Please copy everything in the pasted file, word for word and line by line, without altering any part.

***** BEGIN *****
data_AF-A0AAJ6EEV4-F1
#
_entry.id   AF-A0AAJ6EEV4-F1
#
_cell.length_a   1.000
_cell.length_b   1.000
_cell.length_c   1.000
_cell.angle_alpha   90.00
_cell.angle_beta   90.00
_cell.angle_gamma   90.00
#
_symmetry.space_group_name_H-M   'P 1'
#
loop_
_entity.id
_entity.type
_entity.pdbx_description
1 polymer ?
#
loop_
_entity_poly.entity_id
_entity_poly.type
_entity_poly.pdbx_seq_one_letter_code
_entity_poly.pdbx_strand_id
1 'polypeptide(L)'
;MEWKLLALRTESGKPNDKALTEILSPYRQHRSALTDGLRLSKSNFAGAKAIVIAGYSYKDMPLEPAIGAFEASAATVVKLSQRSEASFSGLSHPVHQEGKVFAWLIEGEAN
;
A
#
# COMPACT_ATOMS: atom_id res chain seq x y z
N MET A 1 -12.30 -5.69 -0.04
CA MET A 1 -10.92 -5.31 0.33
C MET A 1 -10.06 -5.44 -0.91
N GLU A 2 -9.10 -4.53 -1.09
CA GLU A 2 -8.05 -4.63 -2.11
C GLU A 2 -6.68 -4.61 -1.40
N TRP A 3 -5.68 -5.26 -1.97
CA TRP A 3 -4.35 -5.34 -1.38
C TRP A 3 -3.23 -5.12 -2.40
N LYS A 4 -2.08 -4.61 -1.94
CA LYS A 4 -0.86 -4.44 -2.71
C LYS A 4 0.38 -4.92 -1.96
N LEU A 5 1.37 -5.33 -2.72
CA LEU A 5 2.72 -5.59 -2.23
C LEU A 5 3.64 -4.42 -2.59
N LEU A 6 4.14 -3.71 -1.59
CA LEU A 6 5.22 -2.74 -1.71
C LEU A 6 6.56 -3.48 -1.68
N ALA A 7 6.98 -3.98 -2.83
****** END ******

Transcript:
data_AF-A0AAJ6EEV4-F1
#
_entry.id   AF-A0AAJ6EEV4-F1
#
_cell.length_a   1.000
_cell.length_b   1.000
_cell.length_c   1.000
_cell.angle_alpha   90.00
_cell.angle_beta   90.00
_cell.angle_gamma   90.00
#
_symmetry.space_group_name_H-M   'P 1'
#
loop_
_entity.id
_entity.type
_entity.pdbx_description
1 polymer ?
#
loop_
_entity_poly.entity_id
_entity_poly.type
_entity_poly.pdbx_seq_one_letter_code
_entity_poly.pdbx_strand_id
1 'polypeptide(L)'
;MEWKLLALRTESGKPNDKALTEILSPYRQHRSALTDGLRLSKSNFAGAKAIVIAGYSYKDMPLEPAIGAFEASAATVVKLSQRSEASFSGLSHPVHQEGKVFAWLIEGEAN
;
A
#
# COMPACT_ATOMS: atom_id res chain seq x y z
N MET A 1 -12.30 -5.69 -0.04
CA MET A 1 -10.92 -5.31 0.33
C MET A 1 -10.06 -5.44 -0.91
N GLU A 2 -9.10 -4.53 -1.09
CA GLU A 2 -8.05 -4.63 -2.11
C GLU A 2 -6.68 -4.61 -1.40
N TRP A 3 -5.68 -5.26 -1.97
CA TRP A 3 -4.35 -5.34 -1.38
C TRP A 3 -3.23 -5.12 -2.40
N LYS A 4 -2.08 -4.61 -1.94
CA LYS A 4 -0.86 -4.44 -2.71
C LYS A 4 0.38 -4.92 -1.96
N LEU A 5 1.37 -5.33 -2.72
CA LEU A 5 2.72 -5.59 -2.23
C LEU A 5 3.64 -4.42 -2.59
N LEU A 6 4.14 -3.71 -1.59
CA LEU A 6 5.22 -2.74 -1.71
C LEU A 6 6.56 -3.48 -1.68
N ALA A 7 6.98 -3.98 -2.83